Nothing is said about speaking in tongues being the initial physical proof of the baptism of the Spirit. They seem to believe that this experience is separate and subsequent to conversion, but even then the language is a bit ambiguous. And let us not forget that while I and many evangelical charismatics believe that baptism in the Spirit occurs simultaneously with conversion, the doctrine of the “separate and subsequent” has been and still is adopted by many Christian denominations in the world. Pentecostal world, and is ably (albeit if not persuasively) championed by countless Bible scholars who minister in this tradition. We may disagree with their point of view on this point, but it is a very secondary doctrine, perhaps even tertiary. It’s hardly a hill to die on.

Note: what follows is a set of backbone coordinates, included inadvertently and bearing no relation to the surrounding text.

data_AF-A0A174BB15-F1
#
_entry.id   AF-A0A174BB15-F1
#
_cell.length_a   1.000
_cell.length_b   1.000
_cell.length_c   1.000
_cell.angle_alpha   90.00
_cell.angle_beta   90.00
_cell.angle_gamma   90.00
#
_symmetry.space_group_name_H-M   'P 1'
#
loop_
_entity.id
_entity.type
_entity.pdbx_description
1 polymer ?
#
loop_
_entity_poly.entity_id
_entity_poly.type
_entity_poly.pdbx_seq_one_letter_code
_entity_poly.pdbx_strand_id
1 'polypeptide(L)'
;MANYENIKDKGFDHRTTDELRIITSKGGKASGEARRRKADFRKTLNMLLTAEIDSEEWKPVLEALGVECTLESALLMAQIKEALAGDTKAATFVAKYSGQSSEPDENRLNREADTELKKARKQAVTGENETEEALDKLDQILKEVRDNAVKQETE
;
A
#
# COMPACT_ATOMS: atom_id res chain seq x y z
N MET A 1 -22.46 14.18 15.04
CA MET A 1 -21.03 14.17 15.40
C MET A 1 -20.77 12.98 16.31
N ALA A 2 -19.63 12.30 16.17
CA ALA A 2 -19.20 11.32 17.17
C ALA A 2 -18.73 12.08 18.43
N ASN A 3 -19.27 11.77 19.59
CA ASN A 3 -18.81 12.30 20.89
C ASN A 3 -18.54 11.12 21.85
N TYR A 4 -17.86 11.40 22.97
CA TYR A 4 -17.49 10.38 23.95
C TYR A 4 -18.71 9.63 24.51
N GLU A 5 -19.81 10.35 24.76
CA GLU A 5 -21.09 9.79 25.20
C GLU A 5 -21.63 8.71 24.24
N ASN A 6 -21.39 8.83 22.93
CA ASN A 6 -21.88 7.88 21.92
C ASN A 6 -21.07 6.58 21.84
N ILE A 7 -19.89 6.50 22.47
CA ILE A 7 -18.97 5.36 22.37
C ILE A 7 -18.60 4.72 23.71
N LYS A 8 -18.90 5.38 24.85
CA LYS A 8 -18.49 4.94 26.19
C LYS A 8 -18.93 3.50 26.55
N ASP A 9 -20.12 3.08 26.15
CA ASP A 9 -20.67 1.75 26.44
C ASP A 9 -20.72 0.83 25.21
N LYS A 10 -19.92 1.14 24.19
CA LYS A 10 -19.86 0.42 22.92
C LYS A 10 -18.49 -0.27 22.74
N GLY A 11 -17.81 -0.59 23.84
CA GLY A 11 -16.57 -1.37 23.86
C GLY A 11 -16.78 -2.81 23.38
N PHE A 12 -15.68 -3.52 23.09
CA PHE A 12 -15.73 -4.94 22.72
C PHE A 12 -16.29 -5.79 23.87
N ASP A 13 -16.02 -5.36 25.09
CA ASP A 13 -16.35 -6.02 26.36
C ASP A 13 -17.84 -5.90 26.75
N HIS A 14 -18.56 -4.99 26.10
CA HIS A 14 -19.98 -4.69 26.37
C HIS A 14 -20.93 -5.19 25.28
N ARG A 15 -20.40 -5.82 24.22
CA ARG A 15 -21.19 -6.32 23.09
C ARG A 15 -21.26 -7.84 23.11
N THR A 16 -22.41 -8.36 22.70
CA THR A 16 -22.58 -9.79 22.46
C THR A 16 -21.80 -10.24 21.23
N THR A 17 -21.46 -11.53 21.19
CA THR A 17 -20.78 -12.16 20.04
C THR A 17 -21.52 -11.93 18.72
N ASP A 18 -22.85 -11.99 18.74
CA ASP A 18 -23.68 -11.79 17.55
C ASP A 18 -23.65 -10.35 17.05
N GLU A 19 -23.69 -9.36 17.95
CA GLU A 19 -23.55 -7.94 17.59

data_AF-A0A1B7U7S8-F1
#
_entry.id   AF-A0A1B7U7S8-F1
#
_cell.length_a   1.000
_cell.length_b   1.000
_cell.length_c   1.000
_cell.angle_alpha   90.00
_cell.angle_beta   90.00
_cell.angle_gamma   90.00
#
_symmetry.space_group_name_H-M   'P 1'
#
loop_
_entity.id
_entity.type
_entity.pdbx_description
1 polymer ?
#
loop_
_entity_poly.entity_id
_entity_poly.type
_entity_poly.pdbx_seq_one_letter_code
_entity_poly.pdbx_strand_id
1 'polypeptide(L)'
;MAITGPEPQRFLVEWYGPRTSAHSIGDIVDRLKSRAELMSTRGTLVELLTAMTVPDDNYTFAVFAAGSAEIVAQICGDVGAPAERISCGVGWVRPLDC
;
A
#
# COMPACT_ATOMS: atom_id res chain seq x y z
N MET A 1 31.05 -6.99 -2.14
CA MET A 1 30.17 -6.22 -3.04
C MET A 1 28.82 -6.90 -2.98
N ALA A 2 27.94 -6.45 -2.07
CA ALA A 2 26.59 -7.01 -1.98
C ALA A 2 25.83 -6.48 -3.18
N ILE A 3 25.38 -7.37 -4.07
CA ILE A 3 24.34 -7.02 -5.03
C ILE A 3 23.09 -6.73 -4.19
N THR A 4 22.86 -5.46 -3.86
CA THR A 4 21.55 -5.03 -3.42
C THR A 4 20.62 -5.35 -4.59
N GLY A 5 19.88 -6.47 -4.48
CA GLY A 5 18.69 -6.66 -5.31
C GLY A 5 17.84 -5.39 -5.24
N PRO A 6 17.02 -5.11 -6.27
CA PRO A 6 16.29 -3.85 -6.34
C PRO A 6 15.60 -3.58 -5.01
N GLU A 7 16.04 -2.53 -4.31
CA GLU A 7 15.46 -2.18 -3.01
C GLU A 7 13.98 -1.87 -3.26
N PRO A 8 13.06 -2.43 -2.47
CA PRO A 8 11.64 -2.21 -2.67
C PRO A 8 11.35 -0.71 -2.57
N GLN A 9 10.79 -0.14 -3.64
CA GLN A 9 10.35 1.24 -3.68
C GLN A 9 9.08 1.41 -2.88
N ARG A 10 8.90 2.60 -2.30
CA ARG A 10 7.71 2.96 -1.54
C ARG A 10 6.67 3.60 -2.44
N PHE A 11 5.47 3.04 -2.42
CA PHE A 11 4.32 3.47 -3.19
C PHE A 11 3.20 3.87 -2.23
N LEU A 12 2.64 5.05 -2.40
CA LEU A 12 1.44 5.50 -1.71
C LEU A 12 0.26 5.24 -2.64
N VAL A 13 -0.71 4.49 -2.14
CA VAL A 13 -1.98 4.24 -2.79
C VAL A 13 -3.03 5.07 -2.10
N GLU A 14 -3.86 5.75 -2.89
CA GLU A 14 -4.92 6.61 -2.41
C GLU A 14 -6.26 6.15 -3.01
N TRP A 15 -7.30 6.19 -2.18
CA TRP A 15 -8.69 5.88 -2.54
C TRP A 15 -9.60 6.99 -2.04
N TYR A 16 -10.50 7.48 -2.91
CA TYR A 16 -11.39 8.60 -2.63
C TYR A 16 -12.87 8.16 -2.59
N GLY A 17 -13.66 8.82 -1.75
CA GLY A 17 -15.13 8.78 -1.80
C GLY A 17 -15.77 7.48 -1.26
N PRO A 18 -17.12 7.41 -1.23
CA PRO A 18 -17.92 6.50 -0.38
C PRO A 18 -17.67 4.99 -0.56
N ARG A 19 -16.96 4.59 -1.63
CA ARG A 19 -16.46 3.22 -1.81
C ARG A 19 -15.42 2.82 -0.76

I am bewildered by how or on what basis Morgan accuses them of preaching a “false gospel”. They preach salvation by grace alone in Christ alone by faith alone. They tie their hope of eternal life to trust in the sinless life, sacrificial and atoning death, and bodily resurrection of Jesus.
Now, are there certain other ministry practices adopted by Bethel that I find questionable and without explicit biblical support? Yes. But that doesn’t make them heretics or worthy of cynical disdain. If Bethel’s reviews spent more time praying for them than writing hypercritical reviews, perhaps such practices would diminish over time.
Morgan says she will not sing songs that are not “fit for a sovereign and holy God.” Good for her. I am okay. And I hope you will never sing such songs either. But I challenge anyone to take a close look at the lyrics of these songs, which were all composed by someone in Bethel or Hillsong or related to them in close friendship or some other ministerial alliance, and tell me that they are dangerous. , unbiblical or not worthy of who God is and what he has done.
Here is a small sample:
“Goodness of God”
“King of Kings”
“O Praise the Name! “
“Worthy is the lamb”
“For the Cross”
I’m going to record and say that God is deeply honored and exalted by each of these songs.